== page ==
Profit or loss
There are lots of areas of your financials that deserve attention: revenue, equipment, salaries, tools, rent. But few are more important than gross margin – a key metric that determines your company's financial success. It's just as important as revenue, cash flow and accounts receivable.
Remember that without the right amount of gross margin, you won't be able to pay your overhead costs and have enough left over to make a net profit.
The gross margin of your company pays the overhead, which includes indirect costs like gas, equipment, vehicles, supervisors and mechanics, as well as SGA costs (sales, general and administration) like salespeople, office staff, administration staff, yard rent and your salary.
Whatever is left over after paying for the overhead costs is net profit. Without achieving the right amount of gross margin, we just become very hard working folks making a living and not a profit.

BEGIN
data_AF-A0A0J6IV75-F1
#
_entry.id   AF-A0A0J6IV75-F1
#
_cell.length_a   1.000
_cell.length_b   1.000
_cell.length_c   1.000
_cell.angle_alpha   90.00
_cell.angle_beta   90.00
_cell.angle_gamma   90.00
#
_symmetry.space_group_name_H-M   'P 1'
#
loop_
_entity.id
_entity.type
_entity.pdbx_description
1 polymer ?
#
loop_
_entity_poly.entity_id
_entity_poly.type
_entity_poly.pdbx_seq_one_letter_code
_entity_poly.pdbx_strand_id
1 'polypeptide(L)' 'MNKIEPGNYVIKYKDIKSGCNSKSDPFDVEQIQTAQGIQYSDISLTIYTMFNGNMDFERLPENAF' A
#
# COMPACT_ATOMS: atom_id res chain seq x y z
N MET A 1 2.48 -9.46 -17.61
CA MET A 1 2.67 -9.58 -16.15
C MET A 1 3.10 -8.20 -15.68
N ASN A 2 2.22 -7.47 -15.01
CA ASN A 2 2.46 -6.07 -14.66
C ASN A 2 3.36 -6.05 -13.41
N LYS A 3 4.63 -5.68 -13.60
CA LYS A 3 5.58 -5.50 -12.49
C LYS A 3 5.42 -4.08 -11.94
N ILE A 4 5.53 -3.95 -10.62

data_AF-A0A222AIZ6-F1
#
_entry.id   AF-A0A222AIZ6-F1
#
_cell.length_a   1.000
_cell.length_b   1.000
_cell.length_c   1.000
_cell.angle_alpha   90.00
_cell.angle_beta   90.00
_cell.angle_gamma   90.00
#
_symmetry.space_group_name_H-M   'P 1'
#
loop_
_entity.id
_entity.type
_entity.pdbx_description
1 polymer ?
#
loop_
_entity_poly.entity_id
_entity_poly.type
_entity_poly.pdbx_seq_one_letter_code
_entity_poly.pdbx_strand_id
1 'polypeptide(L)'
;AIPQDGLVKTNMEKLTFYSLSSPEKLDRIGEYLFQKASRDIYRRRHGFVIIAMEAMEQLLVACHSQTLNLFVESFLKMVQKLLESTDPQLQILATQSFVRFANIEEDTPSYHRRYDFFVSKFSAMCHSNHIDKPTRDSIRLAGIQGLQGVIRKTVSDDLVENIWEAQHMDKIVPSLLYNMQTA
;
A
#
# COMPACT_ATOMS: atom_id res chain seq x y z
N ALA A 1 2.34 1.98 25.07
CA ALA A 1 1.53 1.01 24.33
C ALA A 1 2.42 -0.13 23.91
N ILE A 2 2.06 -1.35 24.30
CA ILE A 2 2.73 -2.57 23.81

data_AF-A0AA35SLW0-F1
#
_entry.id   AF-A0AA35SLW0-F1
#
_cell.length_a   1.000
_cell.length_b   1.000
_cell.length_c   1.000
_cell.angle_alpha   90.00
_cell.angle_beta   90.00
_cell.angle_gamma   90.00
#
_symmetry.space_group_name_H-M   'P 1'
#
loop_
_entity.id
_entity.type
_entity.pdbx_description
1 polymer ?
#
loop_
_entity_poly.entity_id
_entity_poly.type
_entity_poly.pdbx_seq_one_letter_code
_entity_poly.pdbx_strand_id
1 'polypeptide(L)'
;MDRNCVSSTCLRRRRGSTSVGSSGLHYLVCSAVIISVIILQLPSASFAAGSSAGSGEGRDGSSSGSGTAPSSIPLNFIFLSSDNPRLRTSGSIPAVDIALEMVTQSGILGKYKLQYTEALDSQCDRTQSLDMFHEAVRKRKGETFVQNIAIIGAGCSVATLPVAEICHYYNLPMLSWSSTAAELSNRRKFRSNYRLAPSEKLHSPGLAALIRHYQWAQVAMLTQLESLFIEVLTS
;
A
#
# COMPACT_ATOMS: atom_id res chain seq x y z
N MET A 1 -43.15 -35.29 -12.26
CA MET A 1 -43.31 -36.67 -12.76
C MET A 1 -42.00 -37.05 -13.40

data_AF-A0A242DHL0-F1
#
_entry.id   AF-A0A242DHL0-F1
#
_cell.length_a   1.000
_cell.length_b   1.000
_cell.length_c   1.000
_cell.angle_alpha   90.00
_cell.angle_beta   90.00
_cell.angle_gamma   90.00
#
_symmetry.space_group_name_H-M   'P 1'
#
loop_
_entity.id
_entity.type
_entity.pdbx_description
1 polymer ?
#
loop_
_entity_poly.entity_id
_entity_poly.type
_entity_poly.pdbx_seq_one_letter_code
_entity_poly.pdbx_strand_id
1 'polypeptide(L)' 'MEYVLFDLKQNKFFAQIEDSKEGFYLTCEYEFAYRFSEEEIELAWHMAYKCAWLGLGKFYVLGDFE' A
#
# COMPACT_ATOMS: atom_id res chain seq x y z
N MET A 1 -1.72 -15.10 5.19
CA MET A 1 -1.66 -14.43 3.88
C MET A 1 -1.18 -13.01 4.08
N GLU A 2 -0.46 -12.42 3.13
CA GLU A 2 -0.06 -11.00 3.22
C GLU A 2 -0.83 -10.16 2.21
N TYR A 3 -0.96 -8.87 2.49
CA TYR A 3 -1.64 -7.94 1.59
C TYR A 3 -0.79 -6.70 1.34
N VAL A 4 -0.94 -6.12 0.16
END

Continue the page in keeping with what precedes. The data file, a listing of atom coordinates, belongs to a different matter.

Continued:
And, ultimately, you are in business to make a fair and reasonable profit. Profit is not a four-letter word. If you don't focus on gross margin at the beginning of your pricing process, you will go out of business.
Getting to know gross margin.
Understanding gross margin requires a keen understanding of your direct costs – what it costs to actually perform the work you've sold. These are the out-of-pocket costs or the costs that were included in your estimate to perform the work.
In the landscape industry, labor costs are the greatest expense line item. Normally, materials will range from 2-6 percent of revenue in maintenance operations and as much as 30 percent of revenue with installation operations. However, the labor to perform the work will range from 25-55 percent of revenue, depending on the type of business you have. These direct costs are the foundation of understanding and calculating gross margin.